Hospital trusts in Greater Lincolnshire finished 2019 with a combined deficit of more than £55 million.
Both United Lincolnshire Hospitals Trust (ULHT) and Northern Lincolnshire and Goole NHS Foundation Trust (NLaG) racked up an overspend of £55.788 million as of December.
Both trusts, which are still in financial special measures, were within their deficit targets set for the end of the financial year.
Hospital bosses at ULHT and NLaG said they expected to meet their targets by April.
ULHT, which runs Lincoln and Boston hospitals, reported a deficit of £34.893 million at the end of 2019.
The trust agreed a target of £70.3 million with NHS Improvement for the end of the financial year.
Officials at ULHT said they hope to achieve the target in order to access further funding.
Paul Matthew, director of finance and digital at the trust, said the deficit was caused by rurality of the county, structural issues and the performance of the organisation.
He added that the trust has forecast to meet its control target for this year.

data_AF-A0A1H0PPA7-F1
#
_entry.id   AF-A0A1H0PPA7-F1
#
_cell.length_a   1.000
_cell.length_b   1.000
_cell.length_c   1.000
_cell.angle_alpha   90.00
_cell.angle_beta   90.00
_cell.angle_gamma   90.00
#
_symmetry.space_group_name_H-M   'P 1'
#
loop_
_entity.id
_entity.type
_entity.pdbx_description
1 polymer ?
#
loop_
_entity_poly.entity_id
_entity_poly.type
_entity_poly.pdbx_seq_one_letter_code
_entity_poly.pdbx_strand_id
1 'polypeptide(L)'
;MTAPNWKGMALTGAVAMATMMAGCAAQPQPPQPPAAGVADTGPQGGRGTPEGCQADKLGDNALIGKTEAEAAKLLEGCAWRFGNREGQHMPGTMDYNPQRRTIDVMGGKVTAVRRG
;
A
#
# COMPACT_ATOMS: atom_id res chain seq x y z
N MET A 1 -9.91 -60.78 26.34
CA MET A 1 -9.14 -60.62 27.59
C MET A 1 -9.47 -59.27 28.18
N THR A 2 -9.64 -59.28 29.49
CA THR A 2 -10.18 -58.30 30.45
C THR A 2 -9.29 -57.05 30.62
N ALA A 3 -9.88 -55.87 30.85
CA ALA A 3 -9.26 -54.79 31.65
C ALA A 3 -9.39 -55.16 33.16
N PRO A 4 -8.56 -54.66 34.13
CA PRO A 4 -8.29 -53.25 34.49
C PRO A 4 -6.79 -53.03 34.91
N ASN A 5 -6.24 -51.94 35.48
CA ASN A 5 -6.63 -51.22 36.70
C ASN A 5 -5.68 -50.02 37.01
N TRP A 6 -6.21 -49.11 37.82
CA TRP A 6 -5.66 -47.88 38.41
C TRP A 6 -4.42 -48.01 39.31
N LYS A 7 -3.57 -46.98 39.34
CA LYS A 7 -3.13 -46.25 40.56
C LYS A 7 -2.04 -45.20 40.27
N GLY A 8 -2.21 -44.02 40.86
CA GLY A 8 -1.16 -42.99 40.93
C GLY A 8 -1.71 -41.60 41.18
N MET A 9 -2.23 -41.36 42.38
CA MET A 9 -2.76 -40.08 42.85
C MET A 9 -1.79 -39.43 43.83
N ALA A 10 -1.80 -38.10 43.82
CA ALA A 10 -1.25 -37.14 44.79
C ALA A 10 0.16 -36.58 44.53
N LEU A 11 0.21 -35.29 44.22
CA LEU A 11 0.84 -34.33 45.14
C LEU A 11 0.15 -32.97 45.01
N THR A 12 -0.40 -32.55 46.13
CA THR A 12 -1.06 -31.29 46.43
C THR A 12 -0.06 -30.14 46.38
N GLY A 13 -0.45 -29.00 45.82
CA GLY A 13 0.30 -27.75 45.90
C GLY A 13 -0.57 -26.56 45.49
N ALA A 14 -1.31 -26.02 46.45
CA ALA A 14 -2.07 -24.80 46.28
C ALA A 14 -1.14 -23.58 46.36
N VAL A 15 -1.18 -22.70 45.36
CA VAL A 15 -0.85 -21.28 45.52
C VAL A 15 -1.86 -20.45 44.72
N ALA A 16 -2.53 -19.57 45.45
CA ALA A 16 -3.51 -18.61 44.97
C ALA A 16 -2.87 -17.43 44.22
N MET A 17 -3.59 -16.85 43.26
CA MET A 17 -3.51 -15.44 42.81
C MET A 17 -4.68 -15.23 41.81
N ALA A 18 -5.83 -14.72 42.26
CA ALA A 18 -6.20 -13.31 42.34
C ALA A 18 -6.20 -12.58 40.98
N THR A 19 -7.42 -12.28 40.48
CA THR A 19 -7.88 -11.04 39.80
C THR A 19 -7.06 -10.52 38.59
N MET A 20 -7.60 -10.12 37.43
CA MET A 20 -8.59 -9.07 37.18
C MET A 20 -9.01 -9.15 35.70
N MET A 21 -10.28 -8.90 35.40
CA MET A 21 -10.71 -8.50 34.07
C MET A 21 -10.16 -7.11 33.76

“The trust is forecasting delivery of its control total despite seeing a rise in the number of patients attending our A&E departments who are acutely unwell compared to previous years,” he said.
“This has been reflected with additional financial support from Lincolnshire’s commissioners to help with this extra demand.
“The trust acknowledges that there is much scope for financial improvement and is working internally and with system and national partners to reduce the deficit by proactively managing demand on its services and reduce reliance on high cost, temporary staff.”
Meanwhile, NLaG, which runs hospitals in Scunthorpe and Grimsby, recorded an overspend of £20.895 million.
Bosses at the trust planned for a deficit of £25.4 million at the start of the year.
Brian Shipley, deputy director of finances at NLaG, said the organisation expects to hit the target and deliver £20 million worth of savings.
“The trust was placed in financial special measures in March 2017 following a significant deterioration in financial performance in 2016/17,” he said.
“This was primarily driven by an increase in spend on temporary clinical staffing.
“We now have an improved planned financial deficit of £25.4 million for 2019/20. This requires us to deliver a challenging cost improvement programme of £20 million.
“At this stage during the financial year, we have reported a deficit of £20.9 million, marginally ahead of the £21.1 million planned deficit. Therefore, we expect to hit the planned deficit for the year and deliver the savings required.
“We continue to work with our key partners to develop a more financially sustainable organisation.”
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